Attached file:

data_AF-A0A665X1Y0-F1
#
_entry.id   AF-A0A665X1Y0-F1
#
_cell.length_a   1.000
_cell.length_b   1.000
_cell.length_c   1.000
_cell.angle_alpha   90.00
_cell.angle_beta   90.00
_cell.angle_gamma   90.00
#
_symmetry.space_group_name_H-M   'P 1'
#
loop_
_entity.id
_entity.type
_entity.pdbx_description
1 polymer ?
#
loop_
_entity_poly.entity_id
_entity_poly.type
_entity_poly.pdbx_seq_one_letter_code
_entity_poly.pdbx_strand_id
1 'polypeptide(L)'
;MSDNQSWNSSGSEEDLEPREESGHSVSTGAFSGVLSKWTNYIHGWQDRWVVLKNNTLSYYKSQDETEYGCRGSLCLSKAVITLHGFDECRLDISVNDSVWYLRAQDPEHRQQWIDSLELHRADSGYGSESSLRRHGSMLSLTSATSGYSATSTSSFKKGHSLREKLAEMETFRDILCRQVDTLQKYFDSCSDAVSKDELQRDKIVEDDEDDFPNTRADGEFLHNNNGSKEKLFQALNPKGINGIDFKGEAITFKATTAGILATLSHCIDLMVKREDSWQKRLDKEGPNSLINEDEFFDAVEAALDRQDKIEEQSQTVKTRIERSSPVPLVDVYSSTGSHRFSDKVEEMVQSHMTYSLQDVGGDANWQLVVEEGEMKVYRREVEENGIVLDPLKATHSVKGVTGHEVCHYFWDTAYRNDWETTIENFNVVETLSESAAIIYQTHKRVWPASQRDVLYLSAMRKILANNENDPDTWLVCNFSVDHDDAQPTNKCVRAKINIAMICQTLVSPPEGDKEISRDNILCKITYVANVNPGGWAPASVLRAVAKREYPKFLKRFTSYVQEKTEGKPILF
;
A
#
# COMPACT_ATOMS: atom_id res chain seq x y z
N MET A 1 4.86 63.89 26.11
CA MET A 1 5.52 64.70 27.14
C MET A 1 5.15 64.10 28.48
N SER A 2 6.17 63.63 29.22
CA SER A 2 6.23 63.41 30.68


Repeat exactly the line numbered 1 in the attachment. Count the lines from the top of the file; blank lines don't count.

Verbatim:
data_AF-A0A665X1Y0-F1